Friday Sep 14, 201204:35 AM GMT
Afghan president condemns American anti-Islam movie
Afghan President Hamid Karzai
Afghan President Hamid Karzai
Afghan President Hamid Karzai has strongly condemned a controversial US-made anti-Islam film, postponing a scheduled visit to Norway.


The Afghan president's move follows growing protests against the release of a film insulting Islam's Prophet Muhammad (PBUH).

On Wednesday, the Afghan presidential palace issued a statement, slamming the “desecrating act”, which has caused “enmity and confrontation between the religions and cultures of the world."

The statement further condemned the act by saying it “badly impacted the peaceful coexistence between human beings".

Afghan clerics have also condemned the movie made by Sam Bacile, an Israeli filmmaker in the US state of California.

Protests have erupted in several countries including Libya and Egypt in response to the sacrilegious movie.

Earlier, US ambassador to Libya, Chris Stevens, along with three other consulate staff members was killed in Benghazi after a group of angry demonstrators reportedly attacked the consulate building over the insulting film.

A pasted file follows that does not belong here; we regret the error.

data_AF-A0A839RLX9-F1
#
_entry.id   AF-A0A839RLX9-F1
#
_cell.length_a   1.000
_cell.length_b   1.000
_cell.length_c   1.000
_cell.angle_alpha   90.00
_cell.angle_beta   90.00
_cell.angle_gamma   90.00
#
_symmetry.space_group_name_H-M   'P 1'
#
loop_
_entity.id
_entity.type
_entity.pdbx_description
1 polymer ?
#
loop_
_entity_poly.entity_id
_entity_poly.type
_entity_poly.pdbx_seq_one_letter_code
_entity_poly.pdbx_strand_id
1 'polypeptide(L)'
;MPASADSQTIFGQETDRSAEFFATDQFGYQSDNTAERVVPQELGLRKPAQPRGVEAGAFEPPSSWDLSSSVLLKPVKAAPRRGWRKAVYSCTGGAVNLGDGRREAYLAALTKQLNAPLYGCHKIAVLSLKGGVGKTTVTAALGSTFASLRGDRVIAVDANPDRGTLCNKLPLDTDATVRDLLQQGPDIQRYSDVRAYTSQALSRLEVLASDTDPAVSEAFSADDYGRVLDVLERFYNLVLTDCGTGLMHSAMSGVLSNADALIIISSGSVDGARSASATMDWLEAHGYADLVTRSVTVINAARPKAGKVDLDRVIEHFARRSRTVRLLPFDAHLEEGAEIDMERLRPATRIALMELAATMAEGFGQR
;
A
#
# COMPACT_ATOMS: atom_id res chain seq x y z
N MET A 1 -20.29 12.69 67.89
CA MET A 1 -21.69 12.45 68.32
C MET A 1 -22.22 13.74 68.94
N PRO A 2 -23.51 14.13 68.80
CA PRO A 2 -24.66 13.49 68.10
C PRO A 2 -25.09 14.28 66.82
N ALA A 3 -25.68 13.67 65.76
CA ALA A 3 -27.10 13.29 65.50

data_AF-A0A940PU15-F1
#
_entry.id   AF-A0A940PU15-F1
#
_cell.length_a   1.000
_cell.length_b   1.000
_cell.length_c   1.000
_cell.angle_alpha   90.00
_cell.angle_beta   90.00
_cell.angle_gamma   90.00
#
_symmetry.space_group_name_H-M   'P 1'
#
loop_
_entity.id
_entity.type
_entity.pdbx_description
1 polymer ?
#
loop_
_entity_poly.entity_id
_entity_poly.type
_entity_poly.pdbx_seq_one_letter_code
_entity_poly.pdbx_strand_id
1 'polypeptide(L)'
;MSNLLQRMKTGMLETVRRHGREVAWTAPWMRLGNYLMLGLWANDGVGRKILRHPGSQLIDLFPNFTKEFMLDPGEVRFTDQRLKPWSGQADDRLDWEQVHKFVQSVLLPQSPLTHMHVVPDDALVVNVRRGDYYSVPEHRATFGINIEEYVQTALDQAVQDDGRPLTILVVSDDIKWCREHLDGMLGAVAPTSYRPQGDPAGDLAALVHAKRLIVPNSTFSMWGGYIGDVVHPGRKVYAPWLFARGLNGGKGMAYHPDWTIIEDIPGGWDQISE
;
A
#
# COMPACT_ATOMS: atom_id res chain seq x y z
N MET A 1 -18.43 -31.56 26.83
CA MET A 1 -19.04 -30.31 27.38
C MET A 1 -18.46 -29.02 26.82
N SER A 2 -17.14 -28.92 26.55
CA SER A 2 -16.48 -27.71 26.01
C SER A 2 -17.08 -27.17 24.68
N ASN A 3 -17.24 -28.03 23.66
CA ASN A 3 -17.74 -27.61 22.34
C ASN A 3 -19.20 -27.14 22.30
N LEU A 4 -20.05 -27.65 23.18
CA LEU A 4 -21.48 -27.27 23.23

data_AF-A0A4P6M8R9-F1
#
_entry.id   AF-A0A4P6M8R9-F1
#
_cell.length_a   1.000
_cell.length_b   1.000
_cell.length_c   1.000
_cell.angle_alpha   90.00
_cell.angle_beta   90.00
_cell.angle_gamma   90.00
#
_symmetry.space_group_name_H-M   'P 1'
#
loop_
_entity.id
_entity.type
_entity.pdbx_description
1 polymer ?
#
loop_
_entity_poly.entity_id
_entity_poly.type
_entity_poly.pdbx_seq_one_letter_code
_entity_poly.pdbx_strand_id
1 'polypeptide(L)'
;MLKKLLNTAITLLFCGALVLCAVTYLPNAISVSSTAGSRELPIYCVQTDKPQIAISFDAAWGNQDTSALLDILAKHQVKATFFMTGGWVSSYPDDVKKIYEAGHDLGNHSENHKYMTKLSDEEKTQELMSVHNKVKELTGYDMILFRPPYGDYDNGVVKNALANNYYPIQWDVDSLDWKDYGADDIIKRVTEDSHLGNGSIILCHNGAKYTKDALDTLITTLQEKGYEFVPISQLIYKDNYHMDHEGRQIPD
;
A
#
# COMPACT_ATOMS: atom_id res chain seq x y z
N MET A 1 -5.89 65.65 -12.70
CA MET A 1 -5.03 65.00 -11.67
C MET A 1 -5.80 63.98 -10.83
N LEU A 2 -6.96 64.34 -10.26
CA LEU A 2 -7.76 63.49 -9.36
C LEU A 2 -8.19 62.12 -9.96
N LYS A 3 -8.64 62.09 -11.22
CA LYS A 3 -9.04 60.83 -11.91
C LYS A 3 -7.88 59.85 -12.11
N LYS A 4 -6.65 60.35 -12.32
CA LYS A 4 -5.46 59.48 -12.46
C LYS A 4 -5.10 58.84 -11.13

US-led forces have reportedly been ordered to limit their patrols in different parts of the war-torn nation, following news of the deaths in Libya.

Afghan officials have expressed concern over possible protests across the country similar to violent demonstrations held earlier in the year.

Afghanistan witnessed massive nationwide protests earlier this year after US-led soldiers burned copies of the holy Quran and other religious texts at the US-run Bagram Airbase in Parwan Province.

The move comes as anti-US sentiment continues to rise in Afghanistan.

The United States and its allies invaded Afghanistan in 2001 as part of Washington’s so-called war on terror.

The US-led war in Afghanistan, which has caused record-high civilian and military casualties, has become the longest military conflict in the American history.

SZH/MSH/JR
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